How to cope with the death of a pet

It was Christmas Eve when Jake, our amiable 16-year-old American red short hair cat, died. The loss of our long-time animal companion cast gloom over the entire holiday season – and well beyond.

Suffering the loss of a pet is a fairly common experience when you consider about 40 per cent of Canadian households have one – a cat and dog population of about four million. Since the lifespan of the animal is almost inevitably shorter than that of a human, the owner will be left to mourn.

In the past, we tended to belittle and even ridicule people who responded to the death of their pet with excessive grief. “What’s there to feel so bad about? It’s only a dog!” However, over the past decade, that detached view has undergone a change. It’s now recognized that after several years of cohabitation, humans and their animal friends become inextricably bound to one another. In the words of one perceptive observer, a pet will steadily provide its owner “with entertainment, security, affection and distraction from anxiety and loneliness.” And if the owner happens to be elderly and living alone, the animal may have been his or her closest – and perhaps only – friend.

Little woer the sudden disappearance of a pet leaves a gaping void in the life of the owner. The results of a survey presented at the International Conference on Human Animal Interaction in Montreal in the early ’90s showed nearly 70 per cent of pet owners grieved intensely for departed pets, sometimes for weeks and even months, and about 10 per cent experienced physical illness.

As a result of the study, and several similar ones, the plight of the bereaved pet owner is now receiving serious attention. At veterinary colleges and at meetings of practising vets, instruction is given on how to help those whose pets have died. Pet Loss Support Groups are now functioning in a number of communities, where grieving pet owners can find solace and practical advice.

Here’s a summary of the advice given to bereaved owners:

Prepare yourself for the loss of your pet
This sad event can usually be anticipated as the lives of many pets are ended by euthanasia. Our experience with Jake, our 16-year-old cat, was fairly typical. We awoke one morning to find Jake’s two back legs paralyzed and he suffered agonizing pain when touched on his back. The vet gave a grim prognosis. She explained Jake’s condition was irreversible, he would never walk again and never be free of pain. The only humane solution – end his suffering by putting him to sleep. Putting down a beloved pet is not an easy decision. However, after further discussion with the vet, we could find no other alternative. But satisfy yourself, beyond all doubt, that your pet’s death is absolutely necessary. Otherwise, you may suffer feelings of regret and guilt.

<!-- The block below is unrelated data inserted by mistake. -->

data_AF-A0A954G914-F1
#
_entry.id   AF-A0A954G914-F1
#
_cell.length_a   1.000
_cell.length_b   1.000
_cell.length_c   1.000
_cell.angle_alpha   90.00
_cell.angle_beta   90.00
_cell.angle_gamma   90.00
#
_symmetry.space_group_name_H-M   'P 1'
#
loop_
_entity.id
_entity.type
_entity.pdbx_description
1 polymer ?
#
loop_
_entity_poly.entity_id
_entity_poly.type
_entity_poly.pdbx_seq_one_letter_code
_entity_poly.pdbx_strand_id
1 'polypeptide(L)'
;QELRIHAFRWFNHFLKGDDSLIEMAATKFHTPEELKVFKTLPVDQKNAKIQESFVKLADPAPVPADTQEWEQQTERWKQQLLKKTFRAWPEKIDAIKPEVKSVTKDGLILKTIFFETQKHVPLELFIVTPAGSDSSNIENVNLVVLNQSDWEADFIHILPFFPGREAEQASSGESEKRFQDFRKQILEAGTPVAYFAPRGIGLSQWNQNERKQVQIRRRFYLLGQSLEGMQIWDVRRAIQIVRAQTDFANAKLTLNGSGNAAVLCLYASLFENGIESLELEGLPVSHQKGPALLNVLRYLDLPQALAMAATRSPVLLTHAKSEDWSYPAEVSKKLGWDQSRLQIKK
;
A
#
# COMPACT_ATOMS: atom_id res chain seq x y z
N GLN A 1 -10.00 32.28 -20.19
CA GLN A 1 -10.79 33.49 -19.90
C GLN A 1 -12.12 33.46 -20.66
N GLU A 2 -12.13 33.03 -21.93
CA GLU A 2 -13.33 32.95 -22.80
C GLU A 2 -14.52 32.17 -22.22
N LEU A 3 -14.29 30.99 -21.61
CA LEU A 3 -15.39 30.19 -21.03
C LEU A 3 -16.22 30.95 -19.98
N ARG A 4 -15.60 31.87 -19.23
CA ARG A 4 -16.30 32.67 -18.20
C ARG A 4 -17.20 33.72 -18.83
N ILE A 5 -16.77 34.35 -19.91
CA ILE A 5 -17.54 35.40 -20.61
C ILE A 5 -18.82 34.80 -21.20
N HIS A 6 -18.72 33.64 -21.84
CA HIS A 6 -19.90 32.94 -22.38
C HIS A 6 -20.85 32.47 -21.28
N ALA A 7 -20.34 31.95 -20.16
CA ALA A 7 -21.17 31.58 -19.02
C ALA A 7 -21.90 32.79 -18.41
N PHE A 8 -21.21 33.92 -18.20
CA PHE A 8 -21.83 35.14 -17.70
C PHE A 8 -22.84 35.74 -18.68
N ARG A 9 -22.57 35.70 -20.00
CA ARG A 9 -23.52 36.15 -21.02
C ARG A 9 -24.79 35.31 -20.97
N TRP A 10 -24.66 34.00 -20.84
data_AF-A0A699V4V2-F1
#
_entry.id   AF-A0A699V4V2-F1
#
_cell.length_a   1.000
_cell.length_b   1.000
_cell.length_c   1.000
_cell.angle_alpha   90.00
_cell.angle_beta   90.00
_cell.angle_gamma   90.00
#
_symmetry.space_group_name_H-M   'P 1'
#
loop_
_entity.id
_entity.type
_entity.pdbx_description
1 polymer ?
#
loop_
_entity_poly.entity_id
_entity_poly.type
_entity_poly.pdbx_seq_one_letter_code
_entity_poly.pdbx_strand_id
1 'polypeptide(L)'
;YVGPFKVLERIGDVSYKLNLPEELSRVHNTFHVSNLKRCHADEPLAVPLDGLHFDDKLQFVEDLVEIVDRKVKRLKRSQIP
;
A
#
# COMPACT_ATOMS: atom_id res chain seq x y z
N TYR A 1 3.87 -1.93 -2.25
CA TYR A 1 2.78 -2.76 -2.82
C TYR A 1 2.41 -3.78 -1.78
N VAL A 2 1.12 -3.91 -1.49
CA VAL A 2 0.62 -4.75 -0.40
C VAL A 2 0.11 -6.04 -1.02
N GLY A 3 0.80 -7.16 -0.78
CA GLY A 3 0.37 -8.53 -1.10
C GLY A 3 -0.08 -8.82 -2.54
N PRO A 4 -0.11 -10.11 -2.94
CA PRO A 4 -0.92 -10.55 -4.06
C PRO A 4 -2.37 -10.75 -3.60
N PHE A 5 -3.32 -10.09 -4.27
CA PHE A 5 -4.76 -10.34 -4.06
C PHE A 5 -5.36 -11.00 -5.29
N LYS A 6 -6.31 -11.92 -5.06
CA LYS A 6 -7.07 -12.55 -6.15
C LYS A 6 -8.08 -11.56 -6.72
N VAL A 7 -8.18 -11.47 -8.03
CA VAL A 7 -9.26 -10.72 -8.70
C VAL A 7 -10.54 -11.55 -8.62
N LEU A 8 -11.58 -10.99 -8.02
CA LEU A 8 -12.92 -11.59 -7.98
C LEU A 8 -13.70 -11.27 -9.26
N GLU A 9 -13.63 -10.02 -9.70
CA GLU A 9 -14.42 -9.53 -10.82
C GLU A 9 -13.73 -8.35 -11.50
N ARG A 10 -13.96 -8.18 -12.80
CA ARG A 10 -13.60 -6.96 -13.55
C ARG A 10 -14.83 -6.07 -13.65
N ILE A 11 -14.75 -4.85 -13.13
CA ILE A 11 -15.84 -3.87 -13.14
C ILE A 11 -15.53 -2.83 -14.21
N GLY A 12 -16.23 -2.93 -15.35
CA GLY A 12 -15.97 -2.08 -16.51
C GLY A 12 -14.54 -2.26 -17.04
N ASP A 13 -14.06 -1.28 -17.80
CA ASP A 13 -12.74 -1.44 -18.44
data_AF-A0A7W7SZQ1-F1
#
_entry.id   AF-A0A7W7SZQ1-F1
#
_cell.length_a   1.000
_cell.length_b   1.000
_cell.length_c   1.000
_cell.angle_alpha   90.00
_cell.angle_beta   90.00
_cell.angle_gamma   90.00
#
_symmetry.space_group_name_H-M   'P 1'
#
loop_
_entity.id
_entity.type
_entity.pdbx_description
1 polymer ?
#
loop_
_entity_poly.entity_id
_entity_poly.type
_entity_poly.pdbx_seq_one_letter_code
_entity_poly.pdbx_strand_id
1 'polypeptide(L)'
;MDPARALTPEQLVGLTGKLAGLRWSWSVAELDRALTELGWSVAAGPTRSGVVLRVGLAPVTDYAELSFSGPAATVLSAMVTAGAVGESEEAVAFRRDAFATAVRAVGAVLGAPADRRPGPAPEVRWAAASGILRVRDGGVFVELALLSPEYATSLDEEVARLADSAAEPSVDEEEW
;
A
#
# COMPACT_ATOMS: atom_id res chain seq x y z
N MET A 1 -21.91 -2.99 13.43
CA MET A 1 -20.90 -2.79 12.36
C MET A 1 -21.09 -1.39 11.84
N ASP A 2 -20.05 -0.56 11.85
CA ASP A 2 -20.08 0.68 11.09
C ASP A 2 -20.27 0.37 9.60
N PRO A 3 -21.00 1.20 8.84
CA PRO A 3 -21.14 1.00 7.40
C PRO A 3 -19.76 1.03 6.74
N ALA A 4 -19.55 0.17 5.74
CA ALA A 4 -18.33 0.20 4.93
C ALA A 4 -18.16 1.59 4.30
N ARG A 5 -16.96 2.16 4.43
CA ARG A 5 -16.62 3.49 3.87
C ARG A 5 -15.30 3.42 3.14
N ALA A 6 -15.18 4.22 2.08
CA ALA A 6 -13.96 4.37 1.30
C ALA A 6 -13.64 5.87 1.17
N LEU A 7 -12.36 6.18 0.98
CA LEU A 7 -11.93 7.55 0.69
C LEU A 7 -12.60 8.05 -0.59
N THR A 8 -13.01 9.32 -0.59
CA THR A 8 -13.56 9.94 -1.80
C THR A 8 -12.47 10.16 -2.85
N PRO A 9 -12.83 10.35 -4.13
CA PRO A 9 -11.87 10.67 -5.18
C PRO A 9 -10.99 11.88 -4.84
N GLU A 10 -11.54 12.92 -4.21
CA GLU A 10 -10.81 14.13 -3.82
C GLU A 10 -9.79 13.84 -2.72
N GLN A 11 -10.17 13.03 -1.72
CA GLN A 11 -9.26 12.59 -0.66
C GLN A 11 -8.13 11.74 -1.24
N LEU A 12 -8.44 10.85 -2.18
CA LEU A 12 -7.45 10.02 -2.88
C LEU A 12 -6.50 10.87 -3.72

Express your guilt, share it with others
Many pet owners refrain from openly expressing their grief through fear of ridicule. Yet the situation demands they openly and honestly mourn. A bereavement counsellor explains, “Your physical and mental health can be adversely affected if you deny your feelings and remain silent.”

However, seek out someone sympathetic, not someone who thinks you’re “crazy” for making such a fuss about the death of an animal. Such a person could be a pet owner who has gone through the loss of a pet or members of your local Pet Support Loss Group.

Pay special attention to the feelings of your children The death of a family pet can be especially traumatic for children because youngsters form a particularly close bond to animals. Also, bear in mind the passing of a pet is probably a child’s first direct experience with death.

Take advantage of the situation to educate the child about the nature of death. Be honest and direct in discussing the subject. Don’t hide the fact that death is final and ir-reversible. At the same time, you can lessen the child’s loss by pointing out that death put an end to his pet’s pain and suffering. You can also mention it has not entirely vanished, but survives in the form of many happy memories.

Beware of using euphemisms when discussing death because they can have a damaging effect. For instance, if you say that Rover has been “put to sleep,” the child may expect the dog to return after he’s awakened. Or, more ominously, the child may develop a fear of going to bed, because like Rover, he may never wake up.

Don’t rush out to acquire a new pet
Delay getting a new pet until you’ve fully come to terms with the loss of your old one. For some people, this may be a matter of weeks or months; for others – years; for still others, the time may never come. Participants at the previously-mentioned Montreal human-animal bond conference were told that 17 per cent of bereaved pet owners never again acquired an animal companion because “it would betray their dead pet’s memory.”

And when you finally do select a new pet, don’t compare it with the previous one. Like people, every animal has a unique personality, one of the reasons we find these faithful best friends so interesting and fascinating.

Sidney Katz is a Toronto-based freelance writer.